"Man has always thrived as he has eaten freely of fruits." -H. Irving Hancock.

"The best food on this planet is ripe fruit. The healthiest people on the globe are the fruit eaters of tropical countries. The great muscular Maoris of New Zealand are a frugiverous race. I have seen a boat crew of these great chocolate colored giants that would outrow the 'crack' university crews were they properly trained. The bread fruit of the Samoan Islands has made a race of giants. I have examined these men and women on their native soil and finer human specimens never lived."-Dr. Paul Edwards.

"The more we depend upon the fresh fruit just as it is plucked from the tree, the greater will be the blessing."

"It would be well for us to do less cooking and to eat more fruit in its natural state. Eat freely of fresh grapes, apples, peaches, pears, berries and all other kinds of fruit that can be obtained."

Fruits supply sugar, acids, mineral matter and bulk. The mineral elements of fruits are more readily assimilated than those of flesh meat and vegetables. Acid fruits aid in the digestion of nuts and other nitrogenous foods. Acid, juicy fruits keep the system clean and free from germs. They render lime and soda salts soluble, enabling the system to throw them off. They allay instead of creating thirst. Alcohol and tobacco cannot stay long with the individual who uses no flesh foods and partakes freely of ripe juicy fruits. Use more fruit and fewer vegetables if you would not experience thirst.

Cane sugar is not digested in the stomach but causes fermentation by hindering the digestion of other foods. The sugar of fruits (grape and fruit sugar, so-called), and that of honey are all ready for assimilation, so require less labor on the part of the body and may be used more rapidly for the repair of muscular fatigue.

The laxative effect of fruit is very important. Very ripe bananas taken when the stomach is empty often produce immediate effect. Pineapples after nitrogenous foods, ripe olives, peaches, pears and nearly all fruits are helpful.

It is better to use the juice and pulp only, of seedy fruits like blackberries and black raspberries. With many people the seeds produce hives.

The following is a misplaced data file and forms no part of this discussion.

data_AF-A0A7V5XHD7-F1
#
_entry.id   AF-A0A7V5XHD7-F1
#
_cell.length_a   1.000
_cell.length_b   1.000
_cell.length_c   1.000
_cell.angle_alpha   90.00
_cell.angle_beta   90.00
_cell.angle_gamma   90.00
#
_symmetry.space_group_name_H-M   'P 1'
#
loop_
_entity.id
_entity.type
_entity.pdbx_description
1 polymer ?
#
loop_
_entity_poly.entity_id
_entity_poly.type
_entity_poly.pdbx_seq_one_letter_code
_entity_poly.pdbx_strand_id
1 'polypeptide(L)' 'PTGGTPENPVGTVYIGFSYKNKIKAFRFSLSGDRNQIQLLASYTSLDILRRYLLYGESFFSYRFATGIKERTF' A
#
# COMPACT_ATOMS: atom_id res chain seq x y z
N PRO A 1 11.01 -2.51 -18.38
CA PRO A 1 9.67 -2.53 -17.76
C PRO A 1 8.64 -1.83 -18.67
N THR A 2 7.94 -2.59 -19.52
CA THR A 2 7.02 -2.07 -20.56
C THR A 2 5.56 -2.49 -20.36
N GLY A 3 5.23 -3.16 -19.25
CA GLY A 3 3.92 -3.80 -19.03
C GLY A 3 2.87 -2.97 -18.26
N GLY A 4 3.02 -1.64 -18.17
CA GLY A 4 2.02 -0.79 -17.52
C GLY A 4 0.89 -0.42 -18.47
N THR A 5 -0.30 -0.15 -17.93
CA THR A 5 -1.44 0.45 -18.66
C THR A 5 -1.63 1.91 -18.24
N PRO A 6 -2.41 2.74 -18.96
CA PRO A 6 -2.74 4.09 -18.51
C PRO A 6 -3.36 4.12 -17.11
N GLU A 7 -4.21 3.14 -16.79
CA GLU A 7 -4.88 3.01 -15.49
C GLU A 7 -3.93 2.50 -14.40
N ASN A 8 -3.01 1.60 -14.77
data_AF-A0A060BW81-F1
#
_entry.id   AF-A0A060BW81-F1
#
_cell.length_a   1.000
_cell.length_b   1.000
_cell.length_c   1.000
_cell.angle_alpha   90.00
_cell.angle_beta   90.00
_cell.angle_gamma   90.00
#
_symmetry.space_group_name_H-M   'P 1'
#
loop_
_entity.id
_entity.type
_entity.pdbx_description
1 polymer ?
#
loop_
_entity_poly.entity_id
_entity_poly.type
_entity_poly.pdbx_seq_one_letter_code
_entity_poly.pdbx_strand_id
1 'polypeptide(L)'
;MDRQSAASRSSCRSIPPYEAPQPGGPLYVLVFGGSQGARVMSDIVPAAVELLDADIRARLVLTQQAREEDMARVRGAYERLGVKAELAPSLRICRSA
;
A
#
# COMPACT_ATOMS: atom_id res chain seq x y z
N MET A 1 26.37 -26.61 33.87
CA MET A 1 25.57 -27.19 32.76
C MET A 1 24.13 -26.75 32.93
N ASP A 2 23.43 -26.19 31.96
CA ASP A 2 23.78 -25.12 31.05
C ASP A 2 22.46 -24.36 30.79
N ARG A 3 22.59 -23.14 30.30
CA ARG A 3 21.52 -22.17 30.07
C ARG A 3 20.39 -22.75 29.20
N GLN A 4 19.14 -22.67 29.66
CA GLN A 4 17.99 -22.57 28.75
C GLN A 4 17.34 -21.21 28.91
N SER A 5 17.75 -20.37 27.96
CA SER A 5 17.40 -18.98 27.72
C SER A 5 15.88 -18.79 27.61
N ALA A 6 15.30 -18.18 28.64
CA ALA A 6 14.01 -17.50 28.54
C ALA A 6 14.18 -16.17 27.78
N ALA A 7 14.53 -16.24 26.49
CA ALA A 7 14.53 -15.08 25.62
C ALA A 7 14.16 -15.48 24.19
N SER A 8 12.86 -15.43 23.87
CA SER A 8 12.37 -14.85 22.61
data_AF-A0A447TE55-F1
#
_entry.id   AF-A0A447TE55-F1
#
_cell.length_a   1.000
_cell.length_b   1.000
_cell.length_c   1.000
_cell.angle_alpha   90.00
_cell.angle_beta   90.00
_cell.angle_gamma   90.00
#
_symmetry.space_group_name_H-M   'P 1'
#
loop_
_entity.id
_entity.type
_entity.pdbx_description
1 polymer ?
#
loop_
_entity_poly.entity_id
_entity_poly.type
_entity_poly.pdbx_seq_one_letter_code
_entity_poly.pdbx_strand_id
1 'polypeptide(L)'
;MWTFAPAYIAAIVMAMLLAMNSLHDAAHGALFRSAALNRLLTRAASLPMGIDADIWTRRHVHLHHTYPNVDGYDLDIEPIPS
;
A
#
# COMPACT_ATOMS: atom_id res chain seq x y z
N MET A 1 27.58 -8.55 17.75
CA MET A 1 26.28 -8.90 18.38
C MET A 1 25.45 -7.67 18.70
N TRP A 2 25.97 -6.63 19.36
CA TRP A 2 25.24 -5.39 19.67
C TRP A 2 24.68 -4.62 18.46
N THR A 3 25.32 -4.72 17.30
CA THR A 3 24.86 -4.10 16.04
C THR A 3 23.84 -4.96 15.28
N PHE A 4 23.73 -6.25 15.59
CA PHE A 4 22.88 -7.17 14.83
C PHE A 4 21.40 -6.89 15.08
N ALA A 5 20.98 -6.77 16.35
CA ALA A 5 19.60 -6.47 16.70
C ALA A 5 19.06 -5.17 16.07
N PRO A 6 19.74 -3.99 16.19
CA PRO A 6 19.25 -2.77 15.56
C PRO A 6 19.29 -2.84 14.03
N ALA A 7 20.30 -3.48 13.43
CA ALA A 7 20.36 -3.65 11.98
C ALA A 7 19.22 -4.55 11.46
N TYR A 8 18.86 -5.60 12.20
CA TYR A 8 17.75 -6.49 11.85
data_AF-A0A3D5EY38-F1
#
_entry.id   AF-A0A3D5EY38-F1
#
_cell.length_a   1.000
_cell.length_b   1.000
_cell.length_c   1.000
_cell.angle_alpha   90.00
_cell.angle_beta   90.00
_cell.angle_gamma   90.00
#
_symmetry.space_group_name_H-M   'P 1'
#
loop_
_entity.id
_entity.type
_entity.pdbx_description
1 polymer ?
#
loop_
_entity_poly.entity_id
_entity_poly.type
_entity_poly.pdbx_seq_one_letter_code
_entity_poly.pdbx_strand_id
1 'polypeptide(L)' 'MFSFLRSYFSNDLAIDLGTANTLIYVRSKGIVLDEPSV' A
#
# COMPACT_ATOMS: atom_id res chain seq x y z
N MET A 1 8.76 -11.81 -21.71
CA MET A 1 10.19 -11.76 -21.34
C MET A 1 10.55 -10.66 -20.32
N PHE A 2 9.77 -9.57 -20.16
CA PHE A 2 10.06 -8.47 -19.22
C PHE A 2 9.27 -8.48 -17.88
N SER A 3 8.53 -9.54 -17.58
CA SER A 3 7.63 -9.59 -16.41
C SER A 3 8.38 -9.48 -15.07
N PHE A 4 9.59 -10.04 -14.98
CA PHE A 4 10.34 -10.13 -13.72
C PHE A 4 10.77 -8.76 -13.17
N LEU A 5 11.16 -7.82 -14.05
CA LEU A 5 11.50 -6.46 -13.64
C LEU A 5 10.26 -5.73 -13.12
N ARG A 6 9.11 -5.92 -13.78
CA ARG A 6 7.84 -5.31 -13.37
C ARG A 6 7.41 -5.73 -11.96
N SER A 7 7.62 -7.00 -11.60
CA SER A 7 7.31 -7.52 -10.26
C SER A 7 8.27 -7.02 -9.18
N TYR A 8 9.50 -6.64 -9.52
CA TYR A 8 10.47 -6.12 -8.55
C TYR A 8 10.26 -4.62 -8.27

The matter of bulk in the diet is an important one. The whole digestive tract suffers if there is not a fairly good bulk of food to be handled by it, yet serious results follow when a large quantity of concentrated food is consumed; consequently, fruits and green vegetables being composed largely of water supply just what is needed.

Fruit must be thoroughly ripened, sound and well matured. Many unripe fruits contain raw starch which causes trouble when they are eaten.

The largest fruit of its kind is usually the cheapest. It is poor economy to spend money and (if the fruit requires paring) time, for seeds, skins, and cores. Besides, as a rule the larger fruit is more perfectly matured, so more wholesome as well as of a finer flavor.

Do not use the skins of fruits much. They are composed largely of woody fibre and are intended only for a covering to the fruit. In the days of stomach washes, the skins of fruits were noticeably abundant in the "unswallowed" food.

For the best effect, fruits should be used without sugar. When one has accustomed himself to the use of grape fruit and oranges without sugar, the addition of it will make them positively disagreeable to his taste, besides causing rebellion in the stomach.

Since acids hinder the digestion of starch, it is better to take acid fruits at the close of a meal including starchy foods, and we should especially avoid taking starches and acids into the mouth at the same time, before the starch has been acted upon by the saliva.

There is great opportunity for the display of artistic skill in serving fresh fruits, and nothing so well repays a little effort as the combination of leaves, ferns and vines with fruits. One beautiful dish that I remember was of plums, grapes and peaches with autumn leaves; another, with rich branches of foliage plants and a variety of fruits. Grape leaves combine beautifully with fruits.

One person with whom I am acquainted can use no starch}' foods. The many attempts which she has made to use them invariably result in her becoming extremely weak, and helpless with rheumatism; but she thrives on a diet composed almost exclusively of acid fruits and nuts. She writes-"On my fruit and nut diet I seldom feel thirst, but after eating even starchless vegetables I suffer exceedingly from it. I find also that I do not require so much sleep as when living on another diet.' Her chief fruits are sour apples, grape fruit, oranges and mealy-ripe bananas with a few raisins, dates and figs occasionally for dessert. She is at her best when currants are ripe; and takes them every day as long as they can be obtained.